How To Fix an Odometer That Doesn’t Spin

Hi guys,

Today, I’m going to show you how to fix an odometer that doesn’t work.

So I just got the jeep-string running, I got it registered, and now I’m out for a ride.

I immediately notice that neither the triple odometer nor the regulator odometer is working; they are not spinning at all.

Since this car is new to me, I’m not entirely sure whether it has 120,000 miles or more.

But one thing for sure is, I want to fix the odometer so that it works.

This fix I’m just about to show you apply to pretty much any car with analog dash with these numbers that physically spin.

The digital dashes are a little bit different.

Why the Odometer Doesn’t Work?

Vehicle Odometer.
Car Odometer.
Credit: commons.wikimedia.org

There are two common reasons why the odometer stops working.

Back in the old days, they had a spinning cable connected to either the wheel or the transmission, and that spinning cable would turn the odometer, so you get the mileage.

I’m sure you have seen in the movies where somebody puts the car up, and the jack stands or runs the car in reverse to roll back the odometer. Well, that is something that could happen back in the day. But today’s vehicles are completely different.

They use something called a vehicle speed sensor, which is this right here. It converts a mechanical signal, so this spins to the electrical signal, which runs up to the dashboard and then turns out the odometer. This tool works for digital and analog gauges.

So if you put the car on the reverse, it increases the car’s mileage, not decreases. Like anything else, since this is mechanical, and it spins, these speed sensors w3ear out.

Usually, when they wear out, you might get the check engine light.

But more importantly, your speedometer and odometer won’t work.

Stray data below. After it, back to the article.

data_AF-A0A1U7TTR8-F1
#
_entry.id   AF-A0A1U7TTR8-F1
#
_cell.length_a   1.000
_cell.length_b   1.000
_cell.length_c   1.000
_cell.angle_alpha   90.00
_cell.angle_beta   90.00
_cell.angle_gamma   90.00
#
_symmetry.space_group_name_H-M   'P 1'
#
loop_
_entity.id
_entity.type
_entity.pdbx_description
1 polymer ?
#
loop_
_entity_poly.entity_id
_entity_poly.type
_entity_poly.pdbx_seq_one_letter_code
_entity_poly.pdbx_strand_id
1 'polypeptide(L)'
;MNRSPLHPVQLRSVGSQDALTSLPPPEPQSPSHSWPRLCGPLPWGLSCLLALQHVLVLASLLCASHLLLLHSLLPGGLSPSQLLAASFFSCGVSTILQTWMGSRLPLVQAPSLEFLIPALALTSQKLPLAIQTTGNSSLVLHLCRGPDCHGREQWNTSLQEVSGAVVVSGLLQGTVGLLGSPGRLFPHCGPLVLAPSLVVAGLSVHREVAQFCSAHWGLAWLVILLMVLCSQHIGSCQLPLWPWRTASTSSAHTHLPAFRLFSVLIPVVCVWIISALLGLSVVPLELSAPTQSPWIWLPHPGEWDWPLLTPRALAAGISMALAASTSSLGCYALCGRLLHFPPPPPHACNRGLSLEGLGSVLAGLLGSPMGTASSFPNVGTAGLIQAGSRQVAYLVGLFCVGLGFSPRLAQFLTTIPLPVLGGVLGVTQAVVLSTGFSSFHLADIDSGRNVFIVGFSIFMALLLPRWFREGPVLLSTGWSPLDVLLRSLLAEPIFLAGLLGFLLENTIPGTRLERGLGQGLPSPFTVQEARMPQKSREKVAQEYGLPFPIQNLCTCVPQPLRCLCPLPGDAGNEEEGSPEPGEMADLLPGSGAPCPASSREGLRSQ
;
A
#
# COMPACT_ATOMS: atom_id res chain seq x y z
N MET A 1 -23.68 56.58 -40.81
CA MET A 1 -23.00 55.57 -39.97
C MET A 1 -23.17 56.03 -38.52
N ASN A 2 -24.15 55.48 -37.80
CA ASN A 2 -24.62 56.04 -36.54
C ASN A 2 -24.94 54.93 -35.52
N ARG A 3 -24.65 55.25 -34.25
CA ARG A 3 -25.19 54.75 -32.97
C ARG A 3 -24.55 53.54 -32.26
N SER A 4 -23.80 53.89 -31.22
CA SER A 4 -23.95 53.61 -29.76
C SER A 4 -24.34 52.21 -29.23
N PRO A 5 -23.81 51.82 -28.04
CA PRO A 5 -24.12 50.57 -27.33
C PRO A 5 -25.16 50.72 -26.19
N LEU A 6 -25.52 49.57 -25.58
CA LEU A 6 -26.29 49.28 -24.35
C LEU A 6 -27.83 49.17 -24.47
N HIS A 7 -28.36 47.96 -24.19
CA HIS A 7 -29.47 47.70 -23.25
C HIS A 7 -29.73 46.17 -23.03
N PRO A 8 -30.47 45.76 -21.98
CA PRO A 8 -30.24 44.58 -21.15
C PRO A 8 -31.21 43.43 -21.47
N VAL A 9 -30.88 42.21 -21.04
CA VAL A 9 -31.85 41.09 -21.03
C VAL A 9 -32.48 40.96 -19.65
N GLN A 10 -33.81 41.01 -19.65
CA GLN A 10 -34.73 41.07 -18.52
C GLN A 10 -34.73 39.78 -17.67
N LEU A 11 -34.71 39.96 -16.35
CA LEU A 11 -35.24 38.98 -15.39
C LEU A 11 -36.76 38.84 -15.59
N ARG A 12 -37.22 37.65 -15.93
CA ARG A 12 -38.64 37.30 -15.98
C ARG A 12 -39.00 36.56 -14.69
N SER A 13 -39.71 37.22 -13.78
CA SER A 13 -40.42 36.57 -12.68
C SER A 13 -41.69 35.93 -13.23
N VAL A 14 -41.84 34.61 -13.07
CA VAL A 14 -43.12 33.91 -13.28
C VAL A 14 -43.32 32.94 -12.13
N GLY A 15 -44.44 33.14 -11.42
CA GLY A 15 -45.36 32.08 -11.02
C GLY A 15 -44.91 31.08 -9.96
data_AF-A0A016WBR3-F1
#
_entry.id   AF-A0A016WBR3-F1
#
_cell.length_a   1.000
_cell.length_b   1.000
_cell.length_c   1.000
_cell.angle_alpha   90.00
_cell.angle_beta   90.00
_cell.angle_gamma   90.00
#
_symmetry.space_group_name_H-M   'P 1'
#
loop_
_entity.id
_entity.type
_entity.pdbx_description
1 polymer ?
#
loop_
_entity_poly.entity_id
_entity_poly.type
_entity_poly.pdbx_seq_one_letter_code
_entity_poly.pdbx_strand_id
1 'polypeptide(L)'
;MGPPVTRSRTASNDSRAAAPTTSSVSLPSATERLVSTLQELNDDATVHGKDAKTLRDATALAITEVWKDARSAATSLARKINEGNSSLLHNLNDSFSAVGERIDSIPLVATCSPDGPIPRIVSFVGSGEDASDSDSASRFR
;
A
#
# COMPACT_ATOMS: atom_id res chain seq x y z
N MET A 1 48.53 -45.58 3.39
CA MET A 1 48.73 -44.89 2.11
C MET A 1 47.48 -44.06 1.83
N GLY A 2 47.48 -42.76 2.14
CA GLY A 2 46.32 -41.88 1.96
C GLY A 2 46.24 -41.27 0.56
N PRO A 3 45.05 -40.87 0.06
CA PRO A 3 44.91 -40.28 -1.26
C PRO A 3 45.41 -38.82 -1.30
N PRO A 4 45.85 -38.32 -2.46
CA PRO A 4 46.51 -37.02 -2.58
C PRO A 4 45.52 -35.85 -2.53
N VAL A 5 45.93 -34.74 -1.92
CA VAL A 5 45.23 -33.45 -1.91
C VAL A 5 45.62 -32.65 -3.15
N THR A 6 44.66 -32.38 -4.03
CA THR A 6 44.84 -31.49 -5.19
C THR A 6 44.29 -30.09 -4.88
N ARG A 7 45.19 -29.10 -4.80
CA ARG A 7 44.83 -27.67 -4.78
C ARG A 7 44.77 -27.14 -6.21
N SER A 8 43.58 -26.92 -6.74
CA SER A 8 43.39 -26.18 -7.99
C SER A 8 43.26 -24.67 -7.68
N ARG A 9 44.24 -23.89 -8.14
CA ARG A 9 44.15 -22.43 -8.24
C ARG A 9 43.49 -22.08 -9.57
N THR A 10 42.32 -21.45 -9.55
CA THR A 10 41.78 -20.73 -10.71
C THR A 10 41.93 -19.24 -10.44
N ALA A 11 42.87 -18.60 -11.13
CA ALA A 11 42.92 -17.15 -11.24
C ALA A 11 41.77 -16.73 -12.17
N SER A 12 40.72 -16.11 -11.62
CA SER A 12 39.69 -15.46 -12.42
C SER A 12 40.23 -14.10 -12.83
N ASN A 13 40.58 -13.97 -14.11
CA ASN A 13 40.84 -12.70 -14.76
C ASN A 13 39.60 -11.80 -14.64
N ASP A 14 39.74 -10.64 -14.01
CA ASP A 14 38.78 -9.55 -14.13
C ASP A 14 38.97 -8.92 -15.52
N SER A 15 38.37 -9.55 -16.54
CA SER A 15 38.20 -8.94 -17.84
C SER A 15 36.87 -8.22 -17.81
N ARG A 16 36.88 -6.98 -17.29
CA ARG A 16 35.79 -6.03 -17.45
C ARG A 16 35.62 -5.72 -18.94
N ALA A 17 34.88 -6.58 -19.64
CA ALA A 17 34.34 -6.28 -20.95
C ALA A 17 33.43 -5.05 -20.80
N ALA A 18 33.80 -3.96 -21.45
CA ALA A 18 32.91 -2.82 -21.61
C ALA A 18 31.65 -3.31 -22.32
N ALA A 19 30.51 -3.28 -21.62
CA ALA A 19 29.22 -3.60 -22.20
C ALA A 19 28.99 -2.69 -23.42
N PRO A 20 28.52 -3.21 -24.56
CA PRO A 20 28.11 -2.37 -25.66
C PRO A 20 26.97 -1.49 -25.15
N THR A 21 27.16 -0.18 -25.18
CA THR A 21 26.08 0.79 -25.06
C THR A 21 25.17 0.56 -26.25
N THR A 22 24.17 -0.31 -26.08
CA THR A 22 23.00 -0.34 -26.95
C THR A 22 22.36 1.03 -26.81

So if your speedometer and odometer don’t work, you want to replace the vehicle’s speed sensor. The vehicle speed sensor is located right underneath the car.

So if we start from the front of the car, pass the oil pin back to the transmission, if we look at the rear of the transmission, you could find the vehicle speed sensor right back here.

It’s easy to replace with just one bolt holding it in.

So replacing the vehicle speed sensor is a common fix when both the vehicle speedometer and odometer are not working.

But in our case, the speedometer works just fine. It’s just the odometer that’s not working. The odometer stops working because there are these gears that spin the odometer, and these gears get brittle because they are just made of plastic, and the teeth break off, and THEN there is nothing to spin the odometer.

So it is to remove the gauge cluster and replace these gears.

How to Remove the Gauge Cluster and Replace the Gears

Although this job seems quite intimidating, it’s really simple to do.

All we need is a flat head screwdriver, a T15, a T 20 tocks, what has a screwdriver end, and then, of course, you have your new gears.